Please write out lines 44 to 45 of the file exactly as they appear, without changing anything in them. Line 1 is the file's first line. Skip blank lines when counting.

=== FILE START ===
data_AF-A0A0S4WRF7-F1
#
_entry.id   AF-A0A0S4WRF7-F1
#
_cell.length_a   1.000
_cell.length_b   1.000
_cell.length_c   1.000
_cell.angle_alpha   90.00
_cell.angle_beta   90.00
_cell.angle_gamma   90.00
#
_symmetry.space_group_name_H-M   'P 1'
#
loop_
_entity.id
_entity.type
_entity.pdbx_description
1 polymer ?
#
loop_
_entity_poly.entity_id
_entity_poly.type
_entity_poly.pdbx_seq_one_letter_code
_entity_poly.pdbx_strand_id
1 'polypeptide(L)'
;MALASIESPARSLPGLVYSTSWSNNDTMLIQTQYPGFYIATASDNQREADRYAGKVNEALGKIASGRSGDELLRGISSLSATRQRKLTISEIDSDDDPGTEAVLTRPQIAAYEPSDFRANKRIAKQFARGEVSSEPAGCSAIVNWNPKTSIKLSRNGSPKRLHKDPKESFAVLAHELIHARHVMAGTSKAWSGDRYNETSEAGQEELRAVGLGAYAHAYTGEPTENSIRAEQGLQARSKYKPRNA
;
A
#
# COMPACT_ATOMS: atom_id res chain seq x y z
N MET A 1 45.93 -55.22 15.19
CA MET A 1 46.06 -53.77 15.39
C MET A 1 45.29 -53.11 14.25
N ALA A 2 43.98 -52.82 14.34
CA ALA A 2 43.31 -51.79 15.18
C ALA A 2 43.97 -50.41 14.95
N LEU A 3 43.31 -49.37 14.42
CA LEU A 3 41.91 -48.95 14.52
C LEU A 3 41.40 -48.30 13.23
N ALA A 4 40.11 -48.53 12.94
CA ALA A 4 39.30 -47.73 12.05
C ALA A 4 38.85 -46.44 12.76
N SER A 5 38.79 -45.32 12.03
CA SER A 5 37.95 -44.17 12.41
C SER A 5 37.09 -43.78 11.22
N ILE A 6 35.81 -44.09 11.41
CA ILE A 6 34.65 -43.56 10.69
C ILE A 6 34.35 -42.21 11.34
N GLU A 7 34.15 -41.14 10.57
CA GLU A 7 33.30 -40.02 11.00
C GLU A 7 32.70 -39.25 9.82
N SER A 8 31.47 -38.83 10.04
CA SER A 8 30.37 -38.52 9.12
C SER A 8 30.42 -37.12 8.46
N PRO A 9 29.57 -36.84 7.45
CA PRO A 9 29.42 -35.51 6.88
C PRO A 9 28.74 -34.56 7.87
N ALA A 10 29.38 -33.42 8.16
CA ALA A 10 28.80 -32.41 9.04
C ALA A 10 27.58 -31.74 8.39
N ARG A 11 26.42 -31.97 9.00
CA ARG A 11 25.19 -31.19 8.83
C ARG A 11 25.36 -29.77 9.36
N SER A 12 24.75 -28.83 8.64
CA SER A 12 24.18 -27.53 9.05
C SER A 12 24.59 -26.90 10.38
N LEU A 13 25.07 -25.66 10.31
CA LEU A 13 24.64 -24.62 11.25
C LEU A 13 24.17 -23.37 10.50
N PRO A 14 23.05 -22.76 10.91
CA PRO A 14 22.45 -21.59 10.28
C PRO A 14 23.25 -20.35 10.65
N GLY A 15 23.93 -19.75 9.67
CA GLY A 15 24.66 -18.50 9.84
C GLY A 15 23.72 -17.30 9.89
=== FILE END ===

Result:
CA SER A 5 37.95 -44.17 12.41
C SER A 5 37.09 -43.78 11.22